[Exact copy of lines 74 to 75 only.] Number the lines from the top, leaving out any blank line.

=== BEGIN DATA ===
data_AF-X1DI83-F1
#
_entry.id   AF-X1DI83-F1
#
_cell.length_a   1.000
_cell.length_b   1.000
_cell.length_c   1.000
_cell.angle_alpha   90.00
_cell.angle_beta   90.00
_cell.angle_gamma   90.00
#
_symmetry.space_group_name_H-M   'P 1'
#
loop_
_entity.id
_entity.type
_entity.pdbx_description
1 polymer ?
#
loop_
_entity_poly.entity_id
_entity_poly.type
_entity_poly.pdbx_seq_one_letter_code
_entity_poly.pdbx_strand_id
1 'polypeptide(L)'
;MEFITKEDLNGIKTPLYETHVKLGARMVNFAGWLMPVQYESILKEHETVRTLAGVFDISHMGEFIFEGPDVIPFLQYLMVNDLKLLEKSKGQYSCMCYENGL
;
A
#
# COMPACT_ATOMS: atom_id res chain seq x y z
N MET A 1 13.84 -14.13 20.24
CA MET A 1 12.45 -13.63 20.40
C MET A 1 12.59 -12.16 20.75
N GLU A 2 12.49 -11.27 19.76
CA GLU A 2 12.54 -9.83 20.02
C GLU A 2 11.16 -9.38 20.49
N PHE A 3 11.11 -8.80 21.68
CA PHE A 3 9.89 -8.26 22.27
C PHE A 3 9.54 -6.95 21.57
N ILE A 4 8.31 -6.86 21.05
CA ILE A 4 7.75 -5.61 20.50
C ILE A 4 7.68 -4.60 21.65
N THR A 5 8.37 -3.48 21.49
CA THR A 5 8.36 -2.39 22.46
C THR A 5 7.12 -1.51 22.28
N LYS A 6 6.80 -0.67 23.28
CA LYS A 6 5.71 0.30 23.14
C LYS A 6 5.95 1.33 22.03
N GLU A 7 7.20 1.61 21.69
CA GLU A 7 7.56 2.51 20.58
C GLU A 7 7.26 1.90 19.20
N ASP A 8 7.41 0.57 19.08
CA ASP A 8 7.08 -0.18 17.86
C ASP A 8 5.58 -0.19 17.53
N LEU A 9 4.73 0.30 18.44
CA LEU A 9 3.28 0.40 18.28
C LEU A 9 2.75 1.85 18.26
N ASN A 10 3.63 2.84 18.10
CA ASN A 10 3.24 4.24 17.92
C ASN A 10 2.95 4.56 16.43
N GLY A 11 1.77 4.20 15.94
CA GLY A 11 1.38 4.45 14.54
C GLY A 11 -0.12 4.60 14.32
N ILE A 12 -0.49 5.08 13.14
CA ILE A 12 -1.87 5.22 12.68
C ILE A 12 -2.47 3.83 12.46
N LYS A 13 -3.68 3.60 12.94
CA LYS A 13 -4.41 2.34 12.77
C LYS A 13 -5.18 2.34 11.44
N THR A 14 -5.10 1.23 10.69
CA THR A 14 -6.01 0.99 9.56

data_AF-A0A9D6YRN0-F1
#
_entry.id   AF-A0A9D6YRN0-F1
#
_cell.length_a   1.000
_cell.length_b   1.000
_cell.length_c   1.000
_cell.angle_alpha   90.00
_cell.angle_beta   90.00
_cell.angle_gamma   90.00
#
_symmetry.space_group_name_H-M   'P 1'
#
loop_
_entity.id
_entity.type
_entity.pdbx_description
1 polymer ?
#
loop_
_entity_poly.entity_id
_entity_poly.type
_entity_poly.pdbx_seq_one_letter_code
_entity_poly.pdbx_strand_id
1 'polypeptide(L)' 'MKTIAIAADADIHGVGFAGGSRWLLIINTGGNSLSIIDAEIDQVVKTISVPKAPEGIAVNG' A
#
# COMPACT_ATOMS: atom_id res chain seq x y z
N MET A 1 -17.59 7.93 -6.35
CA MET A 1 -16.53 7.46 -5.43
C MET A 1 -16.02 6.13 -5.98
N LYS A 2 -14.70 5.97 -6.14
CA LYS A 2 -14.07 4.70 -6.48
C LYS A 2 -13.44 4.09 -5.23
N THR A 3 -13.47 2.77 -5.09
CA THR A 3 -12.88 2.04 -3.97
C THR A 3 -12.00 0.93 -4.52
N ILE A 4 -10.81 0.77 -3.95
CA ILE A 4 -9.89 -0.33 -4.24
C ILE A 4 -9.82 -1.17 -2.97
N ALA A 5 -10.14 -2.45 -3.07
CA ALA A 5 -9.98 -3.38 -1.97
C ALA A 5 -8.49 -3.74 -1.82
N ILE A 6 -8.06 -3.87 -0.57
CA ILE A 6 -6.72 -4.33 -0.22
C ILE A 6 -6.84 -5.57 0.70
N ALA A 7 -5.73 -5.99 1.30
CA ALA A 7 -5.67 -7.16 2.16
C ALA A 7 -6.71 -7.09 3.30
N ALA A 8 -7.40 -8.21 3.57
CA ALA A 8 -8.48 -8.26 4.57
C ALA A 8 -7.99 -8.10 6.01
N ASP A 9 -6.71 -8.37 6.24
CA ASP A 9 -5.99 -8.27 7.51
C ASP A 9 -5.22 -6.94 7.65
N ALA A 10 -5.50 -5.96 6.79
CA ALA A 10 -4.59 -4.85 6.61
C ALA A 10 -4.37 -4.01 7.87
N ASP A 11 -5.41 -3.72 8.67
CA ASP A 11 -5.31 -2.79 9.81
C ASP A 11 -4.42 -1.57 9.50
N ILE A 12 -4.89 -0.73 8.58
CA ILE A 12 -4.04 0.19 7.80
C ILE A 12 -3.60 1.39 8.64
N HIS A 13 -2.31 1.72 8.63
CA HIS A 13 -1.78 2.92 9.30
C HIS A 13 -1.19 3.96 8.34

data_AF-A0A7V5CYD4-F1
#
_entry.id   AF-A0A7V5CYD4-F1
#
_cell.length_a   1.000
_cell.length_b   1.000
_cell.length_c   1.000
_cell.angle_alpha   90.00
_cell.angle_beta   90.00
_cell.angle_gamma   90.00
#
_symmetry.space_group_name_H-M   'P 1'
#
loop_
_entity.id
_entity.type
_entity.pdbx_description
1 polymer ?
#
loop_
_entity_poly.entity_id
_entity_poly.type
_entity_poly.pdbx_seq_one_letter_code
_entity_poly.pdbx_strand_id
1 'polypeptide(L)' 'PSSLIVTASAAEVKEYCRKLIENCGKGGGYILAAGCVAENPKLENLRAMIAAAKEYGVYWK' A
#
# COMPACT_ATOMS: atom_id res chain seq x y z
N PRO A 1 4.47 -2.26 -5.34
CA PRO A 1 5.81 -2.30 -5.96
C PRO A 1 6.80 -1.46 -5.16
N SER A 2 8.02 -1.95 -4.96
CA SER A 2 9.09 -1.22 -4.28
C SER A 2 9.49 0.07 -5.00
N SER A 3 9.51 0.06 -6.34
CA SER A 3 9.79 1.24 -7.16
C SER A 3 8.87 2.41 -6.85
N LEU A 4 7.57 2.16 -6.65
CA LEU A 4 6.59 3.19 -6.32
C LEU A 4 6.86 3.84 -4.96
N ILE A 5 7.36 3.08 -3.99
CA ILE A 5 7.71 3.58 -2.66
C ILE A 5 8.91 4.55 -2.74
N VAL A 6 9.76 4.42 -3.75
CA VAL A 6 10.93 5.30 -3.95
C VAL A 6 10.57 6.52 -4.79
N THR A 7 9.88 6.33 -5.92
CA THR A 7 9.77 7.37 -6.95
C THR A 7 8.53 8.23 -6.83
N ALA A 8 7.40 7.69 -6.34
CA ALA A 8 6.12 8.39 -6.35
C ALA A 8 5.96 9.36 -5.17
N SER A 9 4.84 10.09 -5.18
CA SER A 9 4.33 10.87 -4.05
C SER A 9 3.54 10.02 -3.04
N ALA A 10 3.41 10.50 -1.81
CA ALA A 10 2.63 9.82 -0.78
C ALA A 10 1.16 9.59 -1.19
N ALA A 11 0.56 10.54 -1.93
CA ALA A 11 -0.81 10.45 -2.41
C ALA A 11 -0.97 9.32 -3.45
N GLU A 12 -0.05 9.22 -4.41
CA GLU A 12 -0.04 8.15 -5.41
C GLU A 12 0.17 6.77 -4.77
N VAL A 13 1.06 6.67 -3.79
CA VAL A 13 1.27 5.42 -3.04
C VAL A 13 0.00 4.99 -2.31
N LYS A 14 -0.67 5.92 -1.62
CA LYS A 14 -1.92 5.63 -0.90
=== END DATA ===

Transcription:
_entry.id   AF-A0A9D6YRN0-F1
#